GREENSBORO, N.C. -- The jokes about Atlantic Coast Conference football being Florida State and the eight dwarfs will stop with the addition of Miami and Virginia Tech.
The two best football programs in the Big East left that conference Monday to join the ACC - a league that has mostly earned a national reputation on the hardwood for a half-century - not necessarily on the gridiron.
The addition of the five-time national champion Hurricanes and the powerful Hokies gives the ACC three teams that have played in the football title game in the past five seasons. Miami played in the last two, while Florida State was in the previous three.
Virginia Tech, with Michael Vick at quarterback, lost to the Seminoles in the 2000 Sugar Bowl and have been in The Associated Press Top 25 eight of the last 10 seasons.
"It gives us a strength in the sport of football that maybe this league has never had in its history," ACC commissioner John Swofford said. "Anything close to this you would have to go back a long, long way to maybe the first decade of the conference.
"It certainly puts us on a par football-wise with any conference in the country and gives us an extraordinary balance in terms of basketball and football. We've added strength on the football side at a time when our existing programs are getting better and better and better."
Last season, Miami finished second in the AP poll, while North Carolina State was 12th, Maryland 13th, Virginia Tech 18th, Florida State 21st and Virginia 22nd.
Conversely, Big East football in now in shambles. The Hurricanes and Hokies leave behind Boston College, Syracuse, Pittsburgh, Rutgers, West Virginia and Connecticut without much chance of keeping a Bowl Championship Series spot beyond 2005 unless that league raids another conference.
"It leaves the remaining Big East schools in a precarious situation," Syracuse athletic director Jake Crouthamel said. "We're clearly weakened by this."
Big East officials said Monday discussions had already begun about replacing Miami and Virginia Tech.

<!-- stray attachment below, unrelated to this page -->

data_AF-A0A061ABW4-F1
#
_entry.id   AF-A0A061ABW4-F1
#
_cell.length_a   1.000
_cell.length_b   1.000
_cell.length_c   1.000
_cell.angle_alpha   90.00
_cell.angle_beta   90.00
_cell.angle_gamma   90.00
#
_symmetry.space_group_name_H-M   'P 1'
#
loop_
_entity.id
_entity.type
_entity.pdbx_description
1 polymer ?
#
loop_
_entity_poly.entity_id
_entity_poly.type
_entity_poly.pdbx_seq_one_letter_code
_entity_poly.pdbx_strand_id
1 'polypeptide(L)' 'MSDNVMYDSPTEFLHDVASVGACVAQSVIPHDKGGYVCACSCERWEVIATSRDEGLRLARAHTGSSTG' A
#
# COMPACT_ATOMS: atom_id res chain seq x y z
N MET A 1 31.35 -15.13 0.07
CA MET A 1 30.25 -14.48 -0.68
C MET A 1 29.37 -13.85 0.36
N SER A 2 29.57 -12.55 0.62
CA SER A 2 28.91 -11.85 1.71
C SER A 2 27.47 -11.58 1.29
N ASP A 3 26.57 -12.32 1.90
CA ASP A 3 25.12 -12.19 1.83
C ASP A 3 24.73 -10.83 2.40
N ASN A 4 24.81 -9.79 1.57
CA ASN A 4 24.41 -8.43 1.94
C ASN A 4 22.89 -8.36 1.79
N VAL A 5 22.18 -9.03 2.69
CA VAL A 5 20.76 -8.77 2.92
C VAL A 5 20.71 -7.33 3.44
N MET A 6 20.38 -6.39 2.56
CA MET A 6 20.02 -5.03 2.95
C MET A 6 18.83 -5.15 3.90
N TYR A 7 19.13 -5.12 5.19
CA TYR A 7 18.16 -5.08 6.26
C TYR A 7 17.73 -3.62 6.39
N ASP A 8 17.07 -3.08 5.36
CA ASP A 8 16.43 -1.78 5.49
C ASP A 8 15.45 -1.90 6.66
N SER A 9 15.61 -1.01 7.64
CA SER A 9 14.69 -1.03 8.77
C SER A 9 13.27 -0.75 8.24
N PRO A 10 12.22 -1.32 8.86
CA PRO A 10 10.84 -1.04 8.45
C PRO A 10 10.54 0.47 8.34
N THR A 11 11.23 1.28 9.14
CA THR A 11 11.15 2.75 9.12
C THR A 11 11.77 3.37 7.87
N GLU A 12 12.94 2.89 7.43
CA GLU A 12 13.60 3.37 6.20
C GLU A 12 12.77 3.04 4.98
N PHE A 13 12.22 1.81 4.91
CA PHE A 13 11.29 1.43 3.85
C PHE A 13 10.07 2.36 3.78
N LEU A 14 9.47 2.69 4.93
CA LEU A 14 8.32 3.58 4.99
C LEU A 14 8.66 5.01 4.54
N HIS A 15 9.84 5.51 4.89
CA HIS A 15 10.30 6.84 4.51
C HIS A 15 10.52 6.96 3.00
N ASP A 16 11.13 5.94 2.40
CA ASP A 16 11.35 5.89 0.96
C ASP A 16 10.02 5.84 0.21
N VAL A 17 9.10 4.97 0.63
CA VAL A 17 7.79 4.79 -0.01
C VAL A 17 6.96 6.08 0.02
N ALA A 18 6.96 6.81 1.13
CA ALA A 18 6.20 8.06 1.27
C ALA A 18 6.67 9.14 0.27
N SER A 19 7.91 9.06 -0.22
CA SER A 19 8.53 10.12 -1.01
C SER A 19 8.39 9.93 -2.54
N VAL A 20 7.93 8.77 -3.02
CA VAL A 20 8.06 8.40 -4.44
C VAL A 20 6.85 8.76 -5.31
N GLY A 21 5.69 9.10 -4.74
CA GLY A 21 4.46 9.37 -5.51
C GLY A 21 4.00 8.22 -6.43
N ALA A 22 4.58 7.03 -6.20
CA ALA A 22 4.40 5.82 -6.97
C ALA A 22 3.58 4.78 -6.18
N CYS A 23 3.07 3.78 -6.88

"They're going to get the right teams to come in to get the numbers they'd like to get, to make it as strong a conference as we possibly can," Connecticut football coach Randy Edsall said.
Duke and North Carolina, the ACC's two basketball pillars, voted against expanding from nine to 11 schools. However, UNC chancellor James Moeser acknowledged in a telephone interview from Chicago that adding the two Big East schools will help the league's football image.
"This makes the ACC a very powerful force in football," Moeser said. "It is what drove this from the beginning. It doesn't bother me because football revenues are key to supporting all the non-revenue sports."
Basketball will be a different story. Miami had an RPI ranking of 188 in hoops last season, while the Hokies were 200th. The lowest ranked ACC team was Clemson at 107.
Miami and Virginia Tech were also a combined 22-35 last season.
"We've just finished celebrating the 50th anniversary of the league. Now as we begin the next 50 years its obviously going to be a very different landscape," N.C. State basketball coach Herb Sendek said.
"In some cases we'll help those programs rise up to our level," added Wolfpack athletic director Lee Fowler, a former assistant basketball coach for Memphis State.
With 11 teams, Swofford said the ACC would likely model its football and basketball scheduling after the Big Ten, a league that also has the same number of schools.
While the ACC added football depth with the expansion, it didn't get to the necessary 12 teams needed under NCAA rules to stage a lucrative title game. Boston College and Syracuse were in the original plans, but were voted out last week by the ACC chancellors and presidents in a surprise vote that added Virginia Tech instead.
Swofford said Monday he would petition the NCAA to change the rule to allow conferences under 12 teams to stage a title game.
"That could happen next spring if the process started this summer," he said. "We'll just have to see if there is support for that along the way."
Swofford and others in the ACC said it was too early to speculate if the ACC would add a 12th member if the title game rule remained the same.
"The next thing we do is celebrate new friends and new relationships road. It's time to celebrate and enjoy."
The ACC's football television contracts, which run through 2005 and averages $23 million a season, could also be reworked with the additions of Miami and Virginia Tech, Swofford said.
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